It has been her dream ever since she turned 100 to become the world’s oldest living person. And she has been living by it since last year. On January 2, 2020, Kane Tanaka broke her own record as she celebrated her 117th birthday at a nursing home in Fukuoka in southern Japan. Her diet? Eating delicious food, study and play Othello to live longer and happier. Tanaka is making headlines, as video of her greeting her well-wishers, cutting the cake and enjoying every bite of it surfaced online. She even spoke about her diet that is helping her to live longer. Local broadcaster, TVQ Kyushu Broadcasting Co covered Tanaka’s 117th birthday celebration. Japan's Masazo Nonaka Declared as World's Oldest Living Man Aged 112: Here Are Secrets to His Long Life.
Last March 9, at the age of 116 years and 66 days old, Guinness World Records declared Tanaka as the world’s oldest living human. She was born in 1903. Tanaka also tops the list of 30 super-centenarians—people who have been validated to have lived past 110 and are still living, as per Gerontology Research Group. In an earlier interview, Tanaka said that she loves sweets, drinks three cans a fay of canned coffee, sodas and various nutritional drinks. She credits family, sleep and hope, her secrets for longevity.
Tanaka marked her birthday with a party along with staff and friends at the nursing home. Reuters quoted her saying, “Tasty,” as she took a bite from a slice of her big birthday cake. “I want some more,” she added further. Tanaka married Hideo Tanaka in 1922, and the couple had four children and adopted a fifth.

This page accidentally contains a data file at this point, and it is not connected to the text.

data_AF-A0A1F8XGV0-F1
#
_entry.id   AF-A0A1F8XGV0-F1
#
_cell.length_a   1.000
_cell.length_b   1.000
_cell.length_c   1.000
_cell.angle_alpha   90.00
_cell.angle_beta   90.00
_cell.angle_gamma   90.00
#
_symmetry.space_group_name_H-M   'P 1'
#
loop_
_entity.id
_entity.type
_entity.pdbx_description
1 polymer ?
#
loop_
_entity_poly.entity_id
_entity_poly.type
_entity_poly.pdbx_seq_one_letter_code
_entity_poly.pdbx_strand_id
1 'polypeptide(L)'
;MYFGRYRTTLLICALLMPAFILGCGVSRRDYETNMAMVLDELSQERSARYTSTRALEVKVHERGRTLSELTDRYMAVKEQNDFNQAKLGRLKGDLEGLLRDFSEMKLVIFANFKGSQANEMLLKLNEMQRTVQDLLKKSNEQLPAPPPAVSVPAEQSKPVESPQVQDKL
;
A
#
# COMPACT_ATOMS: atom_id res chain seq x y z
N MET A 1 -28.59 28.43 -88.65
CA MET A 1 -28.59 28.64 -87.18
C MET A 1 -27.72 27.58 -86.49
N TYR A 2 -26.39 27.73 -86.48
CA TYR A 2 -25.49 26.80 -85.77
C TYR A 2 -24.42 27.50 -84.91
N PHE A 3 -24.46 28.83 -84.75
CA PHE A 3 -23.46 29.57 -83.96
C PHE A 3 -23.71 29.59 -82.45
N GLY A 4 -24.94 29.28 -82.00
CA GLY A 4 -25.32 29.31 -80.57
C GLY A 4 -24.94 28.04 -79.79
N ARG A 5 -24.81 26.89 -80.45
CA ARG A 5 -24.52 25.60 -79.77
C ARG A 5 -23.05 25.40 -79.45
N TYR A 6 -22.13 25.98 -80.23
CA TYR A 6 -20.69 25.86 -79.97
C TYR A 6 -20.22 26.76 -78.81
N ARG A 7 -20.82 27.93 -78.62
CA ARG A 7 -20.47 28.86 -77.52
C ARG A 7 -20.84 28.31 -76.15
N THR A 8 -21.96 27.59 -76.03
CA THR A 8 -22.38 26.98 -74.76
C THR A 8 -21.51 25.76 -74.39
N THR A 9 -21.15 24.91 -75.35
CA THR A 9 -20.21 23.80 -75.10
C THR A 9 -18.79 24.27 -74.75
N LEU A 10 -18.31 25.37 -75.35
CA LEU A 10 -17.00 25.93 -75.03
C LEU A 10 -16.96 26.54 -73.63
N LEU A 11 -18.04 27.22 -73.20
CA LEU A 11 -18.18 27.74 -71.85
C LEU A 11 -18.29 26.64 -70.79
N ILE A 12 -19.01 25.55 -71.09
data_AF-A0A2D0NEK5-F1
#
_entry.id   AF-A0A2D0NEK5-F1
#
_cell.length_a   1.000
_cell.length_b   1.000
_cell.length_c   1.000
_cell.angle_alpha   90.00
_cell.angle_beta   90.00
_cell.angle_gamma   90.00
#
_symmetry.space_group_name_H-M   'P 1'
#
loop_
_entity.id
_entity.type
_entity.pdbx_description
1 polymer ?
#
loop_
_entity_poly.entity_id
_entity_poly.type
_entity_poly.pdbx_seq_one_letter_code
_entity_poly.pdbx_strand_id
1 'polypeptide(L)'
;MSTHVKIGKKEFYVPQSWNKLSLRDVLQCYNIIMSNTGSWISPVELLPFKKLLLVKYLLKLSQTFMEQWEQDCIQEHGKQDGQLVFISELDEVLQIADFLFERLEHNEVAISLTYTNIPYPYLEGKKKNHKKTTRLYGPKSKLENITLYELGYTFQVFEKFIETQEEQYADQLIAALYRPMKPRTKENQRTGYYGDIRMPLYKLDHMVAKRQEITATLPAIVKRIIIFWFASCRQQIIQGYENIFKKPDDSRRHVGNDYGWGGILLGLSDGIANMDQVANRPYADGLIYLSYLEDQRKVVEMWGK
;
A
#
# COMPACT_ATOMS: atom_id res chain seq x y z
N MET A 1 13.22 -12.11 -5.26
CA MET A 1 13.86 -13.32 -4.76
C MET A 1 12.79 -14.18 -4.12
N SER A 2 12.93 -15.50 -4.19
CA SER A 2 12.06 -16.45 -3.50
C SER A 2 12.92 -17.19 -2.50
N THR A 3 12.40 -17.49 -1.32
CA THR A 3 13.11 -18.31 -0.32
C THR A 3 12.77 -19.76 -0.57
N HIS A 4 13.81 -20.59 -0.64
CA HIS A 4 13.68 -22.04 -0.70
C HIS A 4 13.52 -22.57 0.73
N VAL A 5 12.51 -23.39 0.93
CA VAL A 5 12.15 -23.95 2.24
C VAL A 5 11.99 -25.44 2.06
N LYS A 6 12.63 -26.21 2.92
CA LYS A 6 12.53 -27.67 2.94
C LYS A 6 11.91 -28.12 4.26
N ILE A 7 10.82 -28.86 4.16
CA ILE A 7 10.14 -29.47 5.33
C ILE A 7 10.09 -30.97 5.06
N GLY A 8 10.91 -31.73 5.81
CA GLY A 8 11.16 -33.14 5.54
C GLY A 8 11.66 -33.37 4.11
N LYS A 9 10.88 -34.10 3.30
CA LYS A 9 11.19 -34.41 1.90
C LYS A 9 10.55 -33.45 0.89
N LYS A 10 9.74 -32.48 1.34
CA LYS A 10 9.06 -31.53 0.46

Watch Video of Tanaka Celebrating Her 117th Birthday:
Tanaka was diagnosed with colon cancer, at age 103. Her son wrote a book on her which discusses her life and longevity, titled-- In Good and Bad Times, 107 Years Old. She is in good health, occupy her time by playing board game Othello and taking short walks at the nursing facility's hallways.
The oldest person to ever live was Jeanne Calment, a French woman who lived to 122 years. She died in August, 1997. Tanaka is still five years behind, but with her enthusiasm, she is surely going to live more; happy and healthy. Tanaka’s record age is symbolic of Japan’s fast-ageing population and also highlighting the falling birth rate in the country, as per Reuters, potentially putting Japan at risk of a labour shortage.